Ironically, if it weren’t for the Gun Control Act (GCA) of 1968 we would not have the Walther PPK/S, a moderately elongated version of the PPK (Polizei Pistole Kriminalmodell, “Police Pistol Detective Model”), introduced in 1931. With its compact design, the PPK was a trendsetter for today’s influx of double-action/single-action pocket pistols.
The PPK was a slightly smaller version of the Walther PP (Polizei Pistole, “Police Pistol”), which had a barrel length just under 4" and a magazine capacity of seven rounds. The PPK, by comparison, had a 31⁄3" barrel and a six-round magazine with a separate bottom finger rest to augment the shorter length. Both guns were chambered in .32 ACP and .380 ACP, and later .22 Long Rifle, and they shared innovations such as a safety/decocking lever, hammer block safety and loaded-chamber indicator. The .32 ACP and .380 ACP pistols were adopted by the German military and police.
The PPK in .32 ACP was also the gun author Ian Fleming chose to arm his fictional super-spy, James Bond; it first appeared in the fifth Bond novel, Dr. No (previously, Bond carried a slightly less-lethal .25 ACP Beretta 418). The PPK stayed with Bond throughout the novels and movies, even making an appearance as a PPK/S in the latest Daniel Craig flick, “Spectre” (although the actor has a professed “hate” of handguns).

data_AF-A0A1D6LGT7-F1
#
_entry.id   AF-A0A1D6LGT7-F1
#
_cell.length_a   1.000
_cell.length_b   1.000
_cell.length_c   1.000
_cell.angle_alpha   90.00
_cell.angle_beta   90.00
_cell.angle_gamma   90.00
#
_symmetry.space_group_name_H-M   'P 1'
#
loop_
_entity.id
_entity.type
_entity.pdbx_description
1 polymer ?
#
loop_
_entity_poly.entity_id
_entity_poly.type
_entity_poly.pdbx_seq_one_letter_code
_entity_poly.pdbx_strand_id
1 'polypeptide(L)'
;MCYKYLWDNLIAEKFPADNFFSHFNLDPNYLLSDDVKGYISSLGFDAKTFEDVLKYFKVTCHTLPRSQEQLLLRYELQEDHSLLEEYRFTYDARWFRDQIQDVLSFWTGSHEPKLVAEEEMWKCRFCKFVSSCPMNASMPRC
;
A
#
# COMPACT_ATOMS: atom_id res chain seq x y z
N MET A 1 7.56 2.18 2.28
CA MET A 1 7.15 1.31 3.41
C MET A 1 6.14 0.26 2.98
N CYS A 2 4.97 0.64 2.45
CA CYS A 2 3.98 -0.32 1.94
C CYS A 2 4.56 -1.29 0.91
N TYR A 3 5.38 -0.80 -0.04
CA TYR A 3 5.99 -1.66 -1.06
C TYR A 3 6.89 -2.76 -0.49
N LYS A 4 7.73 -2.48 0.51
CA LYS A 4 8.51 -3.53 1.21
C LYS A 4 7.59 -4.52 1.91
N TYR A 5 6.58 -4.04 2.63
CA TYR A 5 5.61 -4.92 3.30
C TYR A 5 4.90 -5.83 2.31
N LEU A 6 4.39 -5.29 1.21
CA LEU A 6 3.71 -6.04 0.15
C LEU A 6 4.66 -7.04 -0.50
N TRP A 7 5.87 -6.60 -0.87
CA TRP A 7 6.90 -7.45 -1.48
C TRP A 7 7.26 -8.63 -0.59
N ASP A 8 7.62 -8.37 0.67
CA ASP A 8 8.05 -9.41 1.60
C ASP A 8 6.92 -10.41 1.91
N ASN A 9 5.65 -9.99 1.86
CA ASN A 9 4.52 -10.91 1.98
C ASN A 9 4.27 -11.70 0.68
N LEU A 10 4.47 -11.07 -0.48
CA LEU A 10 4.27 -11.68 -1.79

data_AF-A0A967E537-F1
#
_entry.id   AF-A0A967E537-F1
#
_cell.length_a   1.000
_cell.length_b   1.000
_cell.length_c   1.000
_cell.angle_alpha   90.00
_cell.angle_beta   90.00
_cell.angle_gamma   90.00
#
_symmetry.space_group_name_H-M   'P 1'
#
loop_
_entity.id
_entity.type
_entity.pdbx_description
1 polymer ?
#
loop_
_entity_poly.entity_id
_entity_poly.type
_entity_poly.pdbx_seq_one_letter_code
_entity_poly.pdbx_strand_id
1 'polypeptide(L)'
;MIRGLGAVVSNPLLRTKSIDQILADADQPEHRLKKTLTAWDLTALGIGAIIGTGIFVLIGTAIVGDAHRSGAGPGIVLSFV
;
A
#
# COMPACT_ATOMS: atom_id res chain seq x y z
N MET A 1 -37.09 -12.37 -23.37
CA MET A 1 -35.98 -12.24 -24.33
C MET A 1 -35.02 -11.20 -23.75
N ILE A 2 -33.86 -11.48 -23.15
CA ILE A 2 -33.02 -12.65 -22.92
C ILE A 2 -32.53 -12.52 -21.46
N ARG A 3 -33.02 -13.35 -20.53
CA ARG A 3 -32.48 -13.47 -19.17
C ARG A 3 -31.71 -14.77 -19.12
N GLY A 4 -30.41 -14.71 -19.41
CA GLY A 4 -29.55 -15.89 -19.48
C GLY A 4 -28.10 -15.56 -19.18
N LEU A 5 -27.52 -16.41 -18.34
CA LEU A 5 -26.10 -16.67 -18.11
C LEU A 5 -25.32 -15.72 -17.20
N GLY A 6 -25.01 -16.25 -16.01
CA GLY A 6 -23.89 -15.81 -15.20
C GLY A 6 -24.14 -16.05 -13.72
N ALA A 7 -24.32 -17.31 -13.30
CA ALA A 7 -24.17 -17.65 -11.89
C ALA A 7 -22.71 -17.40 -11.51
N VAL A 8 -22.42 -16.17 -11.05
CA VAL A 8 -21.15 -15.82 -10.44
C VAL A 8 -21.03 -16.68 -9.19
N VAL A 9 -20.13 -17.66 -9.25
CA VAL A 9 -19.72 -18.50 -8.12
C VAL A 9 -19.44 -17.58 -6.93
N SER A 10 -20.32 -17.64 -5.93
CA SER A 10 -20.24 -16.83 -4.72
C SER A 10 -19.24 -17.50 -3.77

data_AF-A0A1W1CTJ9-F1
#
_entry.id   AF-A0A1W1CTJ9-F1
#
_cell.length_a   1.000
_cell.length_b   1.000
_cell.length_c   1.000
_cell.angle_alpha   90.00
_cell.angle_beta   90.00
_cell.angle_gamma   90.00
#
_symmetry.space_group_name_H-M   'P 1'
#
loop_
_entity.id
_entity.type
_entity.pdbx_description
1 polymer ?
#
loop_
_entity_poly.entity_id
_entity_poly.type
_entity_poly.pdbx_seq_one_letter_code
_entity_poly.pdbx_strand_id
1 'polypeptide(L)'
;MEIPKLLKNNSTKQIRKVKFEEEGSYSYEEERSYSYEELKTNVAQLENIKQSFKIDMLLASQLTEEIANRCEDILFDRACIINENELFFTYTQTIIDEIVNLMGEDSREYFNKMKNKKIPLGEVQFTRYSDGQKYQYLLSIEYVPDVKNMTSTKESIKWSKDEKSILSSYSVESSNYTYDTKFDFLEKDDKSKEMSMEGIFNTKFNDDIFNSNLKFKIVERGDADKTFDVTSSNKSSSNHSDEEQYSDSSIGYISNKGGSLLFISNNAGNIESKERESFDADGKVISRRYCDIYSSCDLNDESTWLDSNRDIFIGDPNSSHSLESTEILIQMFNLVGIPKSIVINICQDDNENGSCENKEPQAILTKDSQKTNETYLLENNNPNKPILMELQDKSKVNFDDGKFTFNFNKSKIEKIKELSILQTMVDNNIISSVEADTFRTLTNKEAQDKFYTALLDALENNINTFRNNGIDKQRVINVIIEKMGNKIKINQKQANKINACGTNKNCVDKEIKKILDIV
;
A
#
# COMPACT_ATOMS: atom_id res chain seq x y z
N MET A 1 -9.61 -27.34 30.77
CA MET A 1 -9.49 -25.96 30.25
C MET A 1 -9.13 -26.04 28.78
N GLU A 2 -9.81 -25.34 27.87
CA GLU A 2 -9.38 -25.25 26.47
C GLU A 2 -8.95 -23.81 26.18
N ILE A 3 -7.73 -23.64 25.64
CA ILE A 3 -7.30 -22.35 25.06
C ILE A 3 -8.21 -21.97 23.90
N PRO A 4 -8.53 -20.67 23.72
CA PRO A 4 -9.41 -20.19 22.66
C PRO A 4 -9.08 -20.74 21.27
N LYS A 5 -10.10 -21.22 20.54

With firearm manufacturing prohibited in Germany after World War II, from 1952 to 1986 Walther licensed PP and PPK production to Manufacture de Machines du Haut-Rhin (Manurhin) in France, with Interarms of Alexandria, Va., as the U.S. importer. Nonetheless, the 1968 GCA found the PPK a tad too small to qualify for importation. Walther’s solution was ingenious in its simplicity; the company put the shorter PPK barrel and slide on the slightly larger PP receiver. This combination—dubbed the PPK/S—was almost as compact as the PPK, but had the extra-round capacity of the PP. It was the best of both worlds.
The blued, 90 percent PPK/S shown here (brushed nickel finishes also exist) is an example of the all-French version, proofed at St. Etienne (most Manurhin guns were assembled, proofed and marked as such in West Germany), and is complete with plastic case, instructions, test target and three magazines with finger extensions removed. Although the slide bears blemishes of minor surface rust cleaning, this PPK/S would easily fetch $750-$950 by anyone seeking a solid example of this self-defense gun, a design that has withstood the test of time.
Gun: Walther PPK/S
Manufacturer: Manurhin (note: parts made by Manurhin in France and assembled in Ulm, West Germany, are more plentiful)
Chambering: .380 ACP (9 mm Kurz)
Serial No: 252XXXS
Condition: NRA Very Good-Plus (Modern Gun Standards)
Value: $750 to $950 (including original box, paperwork and magazines)